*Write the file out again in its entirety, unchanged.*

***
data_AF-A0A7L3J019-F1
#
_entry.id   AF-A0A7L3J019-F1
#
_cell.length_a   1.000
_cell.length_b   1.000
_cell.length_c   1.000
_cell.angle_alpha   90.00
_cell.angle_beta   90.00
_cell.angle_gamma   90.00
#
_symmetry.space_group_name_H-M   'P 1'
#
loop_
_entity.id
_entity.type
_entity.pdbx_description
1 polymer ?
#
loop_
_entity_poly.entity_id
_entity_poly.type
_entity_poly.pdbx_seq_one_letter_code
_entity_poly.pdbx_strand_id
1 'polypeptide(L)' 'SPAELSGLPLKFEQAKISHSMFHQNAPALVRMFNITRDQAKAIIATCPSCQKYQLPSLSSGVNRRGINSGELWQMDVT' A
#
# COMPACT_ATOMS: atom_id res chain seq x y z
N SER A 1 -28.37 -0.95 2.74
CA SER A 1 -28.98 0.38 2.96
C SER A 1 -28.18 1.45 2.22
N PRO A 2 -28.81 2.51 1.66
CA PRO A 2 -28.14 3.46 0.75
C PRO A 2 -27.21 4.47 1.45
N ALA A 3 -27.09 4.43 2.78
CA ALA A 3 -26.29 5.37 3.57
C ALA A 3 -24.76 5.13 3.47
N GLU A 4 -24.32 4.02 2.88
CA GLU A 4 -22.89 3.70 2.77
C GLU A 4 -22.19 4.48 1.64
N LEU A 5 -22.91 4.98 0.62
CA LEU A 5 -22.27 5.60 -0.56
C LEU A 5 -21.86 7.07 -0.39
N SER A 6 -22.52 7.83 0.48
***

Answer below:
data_AF-A0A7L3J019-F1
#
_entry.id   AF-A0A7L3J019-F1
#
_cell.length_a   1.000
_cell.length_b   1.000
_cell.length_c   1.000
_cell.angle_alpha   90.00
_cell.angle_beta   90.00
_cell.angle_gamma   90.00
#
_symmetry.space_group_name_H-M   'P 1'
#
loop_
_entity.id
_entity.type
_entity.pdbx_description
1 polymer ?
#
loop_
_entity_poly.entity_id
_entity_poly.type
_entity_poly.pdbx_seq_one_letter_code
_entity_poly.pdbx_strand_id
1 'polypeptide(L)' 'SPAELSGLPLKFEQAKISHSMFHQNAPALVRMFNITRDQAKAIIATCPSCQKYQLPSLSSGVNRRGINSGELWQMDVT' A
#
# COMPACT_ATOMS: atom_id res chain seq x y z
N SER A 1 -28.37 -0.95 2.74
CA SER A 1 -28.98 0.38 2.96
C SER A 1 -28.18 1.45 2.22
N PRO A 2 -28.81 2.51 1.66
CA PRO A 2 -28.14 3.46 0.75
C PRO A 2 -27.21 4.47 1.45
N ALA A 3 -27.09 4.43 2.78
CA ALA A 3 -26.29 5.37 3.57
C ALA A 3 -24.76 5.13 3.47
N GLU A 4 -24.32 4.02 2.88
CA GLU A 4 -22.89 3.70 2.77
C GLU A 4 -22.19 4.48 1.64
N LEU A 5 -22.91 4.98 0.62
CA LEU A 5 -22.27 5.60 -0.56
C LEU A 5 -21.86 7.07 -0.39
N SER A 6 -22.52 7.83 0.48